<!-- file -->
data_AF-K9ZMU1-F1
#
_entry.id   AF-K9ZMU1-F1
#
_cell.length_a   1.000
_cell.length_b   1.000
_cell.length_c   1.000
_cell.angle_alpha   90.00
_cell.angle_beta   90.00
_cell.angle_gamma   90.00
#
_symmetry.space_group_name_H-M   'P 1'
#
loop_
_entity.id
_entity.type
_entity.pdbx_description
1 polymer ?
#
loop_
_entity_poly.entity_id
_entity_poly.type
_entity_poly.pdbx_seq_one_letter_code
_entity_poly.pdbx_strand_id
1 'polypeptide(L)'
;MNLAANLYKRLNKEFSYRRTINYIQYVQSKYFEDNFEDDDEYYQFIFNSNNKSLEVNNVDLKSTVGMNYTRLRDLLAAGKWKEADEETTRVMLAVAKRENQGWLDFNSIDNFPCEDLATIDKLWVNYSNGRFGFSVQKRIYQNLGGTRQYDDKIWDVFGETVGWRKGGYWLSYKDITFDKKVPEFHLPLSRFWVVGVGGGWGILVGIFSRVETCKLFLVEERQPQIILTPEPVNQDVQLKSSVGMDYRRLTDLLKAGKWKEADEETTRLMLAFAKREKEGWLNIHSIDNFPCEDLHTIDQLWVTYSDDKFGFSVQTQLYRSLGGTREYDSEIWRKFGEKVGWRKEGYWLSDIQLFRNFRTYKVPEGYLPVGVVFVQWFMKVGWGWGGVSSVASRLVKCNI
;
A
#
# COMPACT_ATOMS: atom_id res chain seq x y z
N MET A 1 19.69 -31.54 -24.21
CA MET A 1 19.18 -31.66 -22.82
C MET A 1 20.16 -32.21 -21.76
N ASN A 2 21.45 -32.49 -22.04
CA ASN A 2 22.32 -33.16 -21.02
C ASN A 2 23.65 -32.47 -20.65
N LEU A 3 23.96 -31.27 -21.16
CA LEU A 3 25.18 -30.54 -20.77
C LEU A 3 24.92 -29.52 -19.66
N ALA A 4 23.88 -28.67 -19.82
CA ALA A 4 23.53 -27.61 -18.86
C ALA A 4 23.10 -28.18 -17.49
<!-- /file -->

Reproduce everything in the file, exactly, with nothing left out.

data_AF-K9ZMU1-F1
#
_entry.id   AF-K9ZMU1-F1
#
_cell.length_a   1.000
_cell.length_b   1.000
_cell.length_c   1.000
_cell.angle_alpha   90.00
_cell.angle_beta   90.00
_cell.angle_gamma   90.00
#
_symmetry.space_group_name_H-M   'P 1'
#
loop_
_entity.id
_entity.type
_entity.pdbx_description
1 polymer ?
#
loop_
_entity_poly.entity_id
_entity_poly.type
_entity_poly.pdbx_seq_one_letter_code
_entity_poly.pdbx_strand_id
1 'polypeptide(L)'
;MNLAANLYKRLNKEFSYRRTINYIQYVQSKYFEDNFEDDDEYYQFIFNSNNKSLEVNNVDLKSTVGMNYTRLRDLLAAGKWKEADEETTRVMLAVAKRENQGWLDFNSIDNFPCEDLATIDKLWVNYSNGRFGFSVQKRIYQNLGGTRQYDDKIWDVFGETVGWRKGGYWLSYKDITFDKKVPEFHLPLSRFWVVGVGGGWGILVGIFSRVETCKLFLVEERQPQIILTPEPVNQDVQLKSSVGMDYRRLTDLLKAGKWKEADEETTRLMLAFAKREKEGWLNIHSIDNFPCEDLHTIDQLWVTYSDDKFGFSVQTQLYRSLGGTREYDSEIWRKFGEKVGWRKEGYWLSDIQLFRNFRTYKVPEGYLPVGVVFVQWFMKVGWGWGGVSSVASRLVKCNI
;
A
#
# COMPACT_ATOMS: atom_id res chain seq x y z
N MET A 1 19.69 -31.54 -24.21
CA MET A 1 19.18 -31.66 -22.82
C MET A 1 20.16 -32.21 -21.76
N ASN A 2 21.45 -32.49 -22.04
CA ASN A 2 22.32 -33.16 -21.02
C ASN A 2 23.65 -32.47 -20.65
N LEU A 3 23.96 -31.27 -21.16
CA LEU A 3 25.18 -30.54 -20.77
C LEU A 3 24.92 -29.52 -19.66
N ALA A 4 23.88 -28.67 -19.82
CA ALA A 4 23.53 -27.61 -18.86
C ALA A 4 23.10 -28.18 -17.49